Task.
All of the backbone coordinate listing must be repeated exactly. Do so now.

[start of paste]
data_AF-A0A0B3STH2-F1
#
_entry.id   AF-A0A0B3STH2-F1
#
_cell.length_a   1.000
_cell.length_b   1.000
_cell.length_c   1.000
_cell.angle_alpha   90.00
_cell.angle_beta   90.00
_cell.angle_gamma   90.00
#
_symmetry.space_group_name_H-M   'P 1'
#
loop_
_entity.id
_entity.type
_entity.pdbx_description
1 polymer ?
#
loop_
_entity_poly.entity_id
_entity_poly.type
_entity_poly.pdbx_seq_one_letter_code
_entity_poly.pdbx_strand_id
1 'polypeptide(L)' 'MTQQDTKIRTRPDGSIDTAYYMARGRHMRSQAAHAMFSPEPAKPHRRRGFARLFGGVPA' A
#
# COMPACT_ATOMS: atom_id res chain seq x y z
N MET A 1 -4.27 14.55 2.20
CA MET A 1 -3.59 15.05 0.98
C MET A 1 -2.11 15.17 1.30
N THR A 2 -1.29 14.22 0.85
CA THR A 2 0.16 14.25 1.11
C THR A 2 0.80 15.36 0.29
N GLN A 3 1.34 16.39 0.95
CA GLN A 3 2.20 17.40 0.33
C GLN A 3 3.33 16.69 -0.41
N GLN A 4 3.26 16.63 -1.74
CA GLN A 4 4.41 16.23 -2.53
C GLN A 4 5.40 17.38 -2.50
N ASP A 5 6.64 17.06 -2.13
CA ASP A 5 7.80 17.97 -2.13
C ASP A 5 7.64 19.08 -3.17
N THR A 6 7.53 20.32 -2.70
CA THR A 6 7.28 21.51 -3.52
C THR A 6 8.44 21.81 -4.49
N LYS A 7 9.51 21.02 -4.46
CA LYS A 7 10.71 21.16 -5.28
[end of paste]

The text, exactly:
data_AF-A0A0B3STH2-F1
#
_entry.id   AF-A0A0B3STH2-F1
#
_cell.length_a   1.000
_cell.length_b   1.000
_cell.length_c   1.000
_cell.angle_alpha   90.00
_cell.angle_beta   90.00
_cell.angle_gamma   90.00
#
_symmetry.space_group_name_H-M   'P 1'
#
loop_
_entity.id
_entity.type
_entity.pdbx_description
1 polymer ?
#
loop_
_entity_poly.entity_id
_entity_poly.type
_entity_poly.pdbx_seq_one_letter_code
_entity_poly.pdbx_strand_id
1 'polypeptide(L)' 'MTQQDTKIRTRPDGSIDTAYYMARGRHMRSQAAHAMFSPEPAKPHRRRGFARLFGGVPA' A
#
# COMPACT_ATOMS: atom_id res chain seq x y z
N MET A 1 -4.27 14.55 2.20
CA MET A 1 -3.59 15.05 0.98
C MET A 1 -2.11 15.17 1.30
N THR A 2 -1.29 14.22 0.85
CA THR A 2 0.16 14.25 1.11
C THR A 2 0.80 15.36 0.29
N GLN A 3 1.34 16.39 0.95
CA GLN A 3 2.20 17.40 0.33
C GLN A 3 3.33 16.69 -0.41
N GLN A 4 3.26 16.63 -1.74
CA GLN A 4 4.41 16.23 -2.53
C GLN A 4 5.40 17.38 -2.50
N ASP A 5 6.64 17.06 -2.13
CA ASP A 5 7.80 17.97 -2.13
C ASP A 5 7.64 19.08 -3.17
N THR A 6 7.53 20.32 -2.70
CA THR A 6 7.28 21.51 -3.52
C THR A 6 8.44 21.81 -4.49
N LYS A 7 9.51 21.02 -4.46
CA LYS A 7 10.71 21.16 -5.28